How to Get Started With Woodcarving

Choose your basis woodcarving tools, such as knives and an axe.

Itching to get creative in the workshop? Whether you're making small home repairs, a wooden spoon or a spaceship, carving wood is all about patience, tools and timing. From choosing the right wood, to picking the right Dremel accessories, this guide to woodcarving for beginners should help you get started.


Choose your basic woodcarving tools

Choose your basis woodcarving tools, such as knives and an axe.

There’s really not a lot to it. Here's what you'll need if you're just starting out:

A Carving Knife

Purpose-built knives intended for whittling tend to have fixed blades and longer handles. Invest in a good knife – it will be worth it.

An Axe

Here’s your chance to be a lumberjack, because an axe is an essential tool. Get a small axe that you can grip easily.

A Sharpening Stone

Carving wood will eventually dull any blade, so a good ceramic sharpening stone is essential. Angle the blade between 10-20 degrees and swipe it back and forth across the sharpening stone.


Choose your Dremel tools for carving wood

Choose your Dremel tools and accessories for carving wood.

Raring to go? All Dremel® Multi-Tools can be used for carving. It’s best to use the Flexible Shaft with the bigger Dremel tools, as this will make manoeuvring much easier.

The Dremel accessories you can use for carving are:


Choose your Dremel tools for smoothing

Choose your Dremel tools for smoothing the wood.

For smoothing you can use EZ SpeedClic: Finishing Abrasive Buffs with different grits. A range between 180-280 should be good for small projects. To hold and use the wheels, you’ll also need a mandrel. Specifically, the EZ SpeedClic Mandrel (SC402) for the sanding buffs and the 401 Mandrel for the polishing wheels.

The Detailer’s Grip Attachment is also great for extra comfort during your hobby and DIY projects.

Know the best woods for woodcarving

Softwood like birch, limewood, pine, willow or horse chestnut are easier to carve.

If you're just starting out with woodcarving, it's better to choose a softwood like birch, limewood, pine, willow or horse chestnut. These are easier to carve. Soon, when you’re more experienced, you can use birch burl, cherrywood, maple, apple, pear, olive or walnut. All of these contain beautiful patterns and colours, and will add new elements to your designs.


Know what to avoid when choosing wood for carving

For beginners, it’s best to get the cleanest wood possible.

If you're getting your wood from a craft store, chances are you won't find many growth rings or knots in it. If you're getting it from a lumberyard, however, these might be more of an issue. Remember, if you're a woodcarving beginner it can be difficult to carve around these natural formations. Get the cleanest wood possible and come back to the tricky stuff later. Practice makes perfect.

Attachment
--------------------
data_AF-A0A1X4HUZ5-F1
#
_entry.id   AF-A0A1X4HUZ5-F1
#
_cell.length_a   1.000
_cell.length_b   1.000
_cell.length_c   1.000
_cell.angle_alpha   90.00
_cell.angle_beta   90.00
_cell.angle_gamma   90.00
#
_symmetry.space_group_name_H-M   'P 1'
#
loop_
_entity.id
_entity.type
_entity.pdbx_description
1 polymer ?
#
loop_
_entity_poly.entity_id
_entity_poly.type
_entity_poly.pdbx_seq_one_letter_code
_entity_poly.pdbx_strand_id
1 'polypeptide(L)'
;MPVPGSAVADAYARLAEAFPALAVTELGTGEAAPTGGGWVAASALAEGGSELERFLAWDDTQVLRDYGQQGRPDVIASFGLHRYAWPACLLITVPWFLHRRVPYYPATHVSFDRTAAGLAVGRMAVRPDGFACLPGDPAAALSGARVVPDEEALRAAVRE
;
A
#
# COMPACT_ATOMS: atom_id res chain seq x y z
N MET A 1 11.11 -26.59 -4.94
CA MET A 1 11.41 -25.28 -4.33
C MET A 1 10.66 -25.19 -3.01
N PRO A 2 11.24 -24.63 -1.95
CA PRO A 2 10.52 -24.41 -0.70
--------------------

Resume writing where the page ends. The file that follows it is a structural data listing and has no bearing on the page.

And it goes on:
Take the correct safety precautions

Take safety precautions.

Always keep your knife sharp

Sharpening your knives not only makes your work easier, it's safer too. It's far more likely you'll be injured using a dull blade than a sharp one.

Wear a glove

Always wear it on the hand that isn’t holding the carving knife. Leather hide work gloves will not only protect your hands, they'll be more resistant to damage and last longer.

Wear your safety glasses

It's no fun getting wood chips in your eyes, so protect your precious sight, and always wear a good pair of safety glasses when you're sawing, chopping or using a Dremel accessory.

Dust mask

Always wear a dust mask to make sure you’re not inhaling the dust created by carving, cutting, sanding or polishing.


Practice drawing your design first

Before you draw on the wood, sketch your design on paper.

Your woodcarving piece might change as you continue, but at the start it’s important to stick to perfecting its basic shape. Before you start whittling away, trace out your design lightly with a pencil. Staying within the lines of your drawing will help keep you on track when the axe and carving knife come out.


Set aside some time just for woodcarving

Carving wood is not a hobby you can rush: take things slowly and enjoy each step of the process.

There will be times during your woodcarving projects that you'll wish you could speed things up; especially the drying process. But take things slowly and try to enjoy each step of the process. Carving wood is not a hobby you can rush, and when you hold your finished piece you'll be glad you took your time.

By now you're probably excited to start your first woodcarving project. Take a look at our 10-step guide to carving a wooden spoon. Or read: How to Avoid Failures while Carving Wood.